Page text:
NaNoWriMo Day 03

A Dark Night & A Wayward Path, a continuation of a Fantasy Novel concerning Bahari, who has lived many lives, or at least thinks he has

Well, day 3 for me. I’m going to try to fit in Day 4 and 5 tomorrow, but it depends on a lot of variables. I’m working with a friend’s campaign for a local office, so days are getting pretty tight with that and all the other normal daily activities. Can Tuesday come soon enough?

But here it is, another hour to see what I got. I’m just hoping it’s in English after the way this week has gone. If it gets all gibberishy toward the end, I’ll still post it so I can laugh at myself at the end of the month. You have to laugh at yourself, right?


Bahari stumbled through the downpour, slipping into puddles on the disappearing game track. He paused for a few moments to catch his breath and find his way. There in the valley beyond he could see the lights of lanterns burning. Down. All I need to know is that I must go down. Even if I lose my way in this wood, as long as I follow the trail down I will find my way.

Having awoken from a dream state, he remained as one drunk on new wine just standing. He lurched from slender birch trunk to slender birch trunk, catching himself as though he might fall through a precipice. The whites of his eyes reflected the full moon overhead. When had the clouds passed. In evidence were large puddles filling depressions in the forest, water gurgling over rocks and washing away old leaves.

— -
He remembered that waterless place. Long days of thirst. His wife had died for lack of water. His two daughters had followed her into the grave. His only son hang on by a thread, clinging to life in the hope that they would find their way through the trackless desert.
Once he had been a king in that dream time. His was a fabled court, his dais built of a single slab of ivory from the tusk of an imaginably large beast. Inset into it were gems which marked geometric patterns around the throne, protective runes his servants and people thought them, but he knew their purpose. Each was aligned precisely so that, should an assassin breach all other security measures, a field of energy would form a dome about the dais and protect him and his family.
It was not quite magic, but they called him a wizard king. And yet he had never mastered the art of conjuring water from dry stones. And so his family had suffered in their long escape.
 — -

His foot struck solid stone. Shuffling a bit, he bent to push aside a gathering of dirt and leaves that covered the fitted stones of a plaza that had since been forgotten. Turning to left and right, Bahari expected to find other hints which might reveal what the purpose of the stone work might be. The full moon overhead gave him some light to steal glimpses of shadowed columns in the near distance. Fluted columns with intricate boughs. No, those were boughs. He marked the location in his mind, expecting that he would be able to return to the spot in daylight to more thoroughly investigate the ruins.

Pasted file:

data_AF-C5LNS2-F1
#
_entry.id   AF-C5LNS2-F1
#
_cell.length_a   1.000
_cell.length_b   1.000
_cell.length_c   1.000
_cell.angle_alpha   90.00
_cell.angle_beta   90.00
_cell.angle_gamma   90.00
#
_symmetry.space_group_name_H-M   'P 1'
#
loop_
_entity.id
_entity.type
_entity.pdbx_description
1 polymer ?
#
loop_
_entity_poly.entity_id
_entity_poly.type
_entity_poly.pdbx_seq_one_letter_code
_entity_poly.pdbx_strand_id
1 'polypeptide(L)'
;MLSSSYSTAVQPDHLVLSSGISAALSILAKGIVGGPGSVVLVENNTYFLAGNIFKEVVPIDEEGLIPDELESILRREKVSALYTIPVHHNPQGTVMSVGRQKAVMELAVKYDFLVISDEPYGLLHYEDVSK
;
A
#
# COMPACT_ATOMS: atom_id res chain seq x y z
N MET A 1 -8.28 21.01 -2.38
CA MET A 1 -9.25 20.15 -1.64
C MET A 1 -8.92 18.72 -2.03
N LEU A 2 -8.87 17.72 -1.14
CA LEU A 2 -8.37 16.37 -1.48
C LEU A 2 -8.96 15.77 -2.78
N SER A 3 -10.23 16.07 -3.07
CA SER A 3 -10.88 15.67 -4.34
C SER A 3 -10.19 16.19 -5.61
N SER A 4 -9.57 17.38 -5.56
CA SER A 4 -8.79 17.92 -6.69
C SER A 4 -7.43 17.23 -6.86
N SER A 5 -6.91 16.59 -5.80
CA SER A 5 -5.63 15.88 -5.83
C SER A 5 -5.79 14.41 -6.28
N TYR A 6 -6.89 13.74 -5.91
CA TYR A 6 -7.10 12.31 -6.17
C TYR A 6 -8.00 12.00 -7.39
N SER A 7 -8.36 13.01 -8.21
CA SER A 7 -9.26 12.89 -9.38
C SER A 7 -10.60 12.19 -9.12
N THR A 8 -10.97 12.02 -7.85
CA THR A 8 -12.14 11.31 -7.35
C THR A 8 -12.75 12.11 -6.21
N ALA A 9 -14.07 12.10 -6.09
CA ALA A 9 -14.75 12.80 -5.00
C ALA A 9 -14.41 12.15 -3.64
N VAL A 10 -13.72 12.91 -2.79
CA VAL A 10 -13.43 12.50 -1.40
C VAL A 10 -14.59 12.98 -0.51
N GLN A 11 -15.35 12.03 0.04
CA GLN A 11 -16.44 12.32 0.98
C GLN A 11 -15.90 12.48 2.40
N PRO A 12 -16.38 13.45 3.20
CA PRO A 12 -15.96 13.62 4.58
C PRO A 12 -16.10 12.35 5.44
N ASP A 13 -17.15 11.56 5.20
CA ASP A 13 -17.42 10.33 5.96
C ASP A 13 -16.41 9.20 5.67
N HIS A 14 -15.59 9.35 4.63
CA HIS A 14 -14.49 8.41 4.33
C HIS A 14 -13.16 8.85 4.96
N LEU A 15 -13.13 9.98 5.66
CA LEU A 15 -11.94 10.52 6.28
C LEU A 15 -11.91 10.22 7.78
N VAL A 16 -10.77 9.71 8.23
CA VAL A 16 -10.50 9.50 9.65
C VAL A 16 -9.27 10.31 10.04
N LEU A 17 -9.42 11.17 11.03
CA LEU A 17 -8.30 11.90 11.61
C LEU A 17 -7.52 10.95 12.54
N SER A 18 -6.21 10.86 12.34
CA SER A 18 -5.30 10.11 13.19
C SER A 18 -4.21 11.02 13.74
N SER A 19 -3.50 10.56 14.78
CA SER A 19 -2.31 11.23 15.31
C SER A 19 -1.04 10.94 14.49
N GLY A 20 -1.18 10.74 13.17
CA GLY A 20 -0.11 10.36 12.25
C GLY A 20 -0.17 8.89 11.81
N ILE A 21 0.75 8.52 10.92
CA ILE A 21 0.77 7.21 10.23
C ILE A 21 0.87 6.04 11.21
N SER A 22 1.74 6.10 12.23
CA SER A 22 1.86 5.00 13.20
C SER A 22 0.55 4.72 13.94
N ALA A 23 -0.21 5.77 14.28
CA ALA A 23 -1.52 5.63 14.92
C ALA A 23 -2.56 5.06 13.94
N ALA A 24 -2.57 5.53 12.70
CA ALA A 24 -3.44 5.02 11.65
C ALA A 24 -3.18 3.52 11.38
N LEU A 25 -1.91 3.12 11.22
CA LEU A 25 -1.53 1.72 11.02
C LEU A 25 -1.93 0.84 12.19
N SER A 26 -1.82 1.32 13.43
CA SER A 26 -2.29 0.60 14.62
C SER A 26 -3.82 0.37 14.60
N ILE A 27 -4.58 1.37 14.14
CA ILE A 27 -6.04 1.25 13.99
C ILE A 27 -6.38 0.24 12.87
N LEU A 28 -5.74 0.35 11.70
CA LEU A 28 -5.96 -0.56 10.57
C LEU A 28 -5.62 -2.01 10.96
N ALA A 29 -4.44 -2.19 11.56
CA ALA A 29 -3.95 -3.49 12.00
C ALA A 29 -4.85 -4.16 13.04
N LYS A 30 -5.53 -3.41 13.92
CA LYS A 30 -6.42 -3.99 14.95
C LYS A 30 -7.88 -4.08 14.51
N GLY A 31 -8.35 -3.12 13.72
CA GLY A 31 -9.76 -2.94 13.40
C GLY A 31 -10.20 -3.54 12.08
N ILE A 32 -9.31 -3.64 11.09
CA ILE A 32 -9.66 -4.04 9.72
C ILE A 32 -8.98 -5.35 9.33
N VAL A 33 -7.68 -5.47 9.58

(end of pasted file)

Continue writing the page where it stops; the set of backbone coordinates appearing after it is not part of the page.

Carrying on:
Neema would be waiting expectantly. She knew him to be a capable man. Or at least she told him that she knew she shouldn’t worry. But she did.

Carefully advancing to the edge of the forest, he found himself at the edge of a rushing stream that slid down a hollow hidden in the wood. For a time he remained, but when he looked again the temporary river had dried. He stepped tentatively forward but found the ground curiously dry underfoot.

The lights of the village came nearer with each step. The haze of the past receded, burned up by the familiarity of hearth and home. The small stone structure with its thatched roof came into sharp focus as he forded the stream which marked the eastern boundary of the village. How had he come down so far south of O ? He should have found the covered bridge directly in his path if he had followed the path he’d taken up to the upper field last morning.

Stepping onto the rocky bank, strewn with boulders that bore the marks of masons and stonecutters from an age long passed, he rested a hand against one, winded from the cold river.

— -
There were times when the nebula blinked playfully before his eyes. They were eyes, in the sense that they drew in visual information from their environment. But they bore little resemblance to biological eyes. In that long time, he had since discarded the physicality into which he had been born. These eyes could see across a much wider spectrum, from ultraviolet to microwave radiation. The dazzling wonders of the created universe were unseen by those whose eyes had evolved in a particular spectrum of light.
He heard the moaning of dying stars, supernovae, the new birth of galaxies. The birth pangs of the universes folding and folding and folding yet again. The sheer wonder and grandness of the everything. And yet still he had yearned to know what was beyond. The Last Physical he had written had concerned the wedding of space and time. It had served to take him to the stars. As an addendum, he had written in long form a computation that explained the union of the Five Universal Forces. It had seemed so simple. With such a key, how could he not meet God face to face? Or gods, as they chose to manifest himself.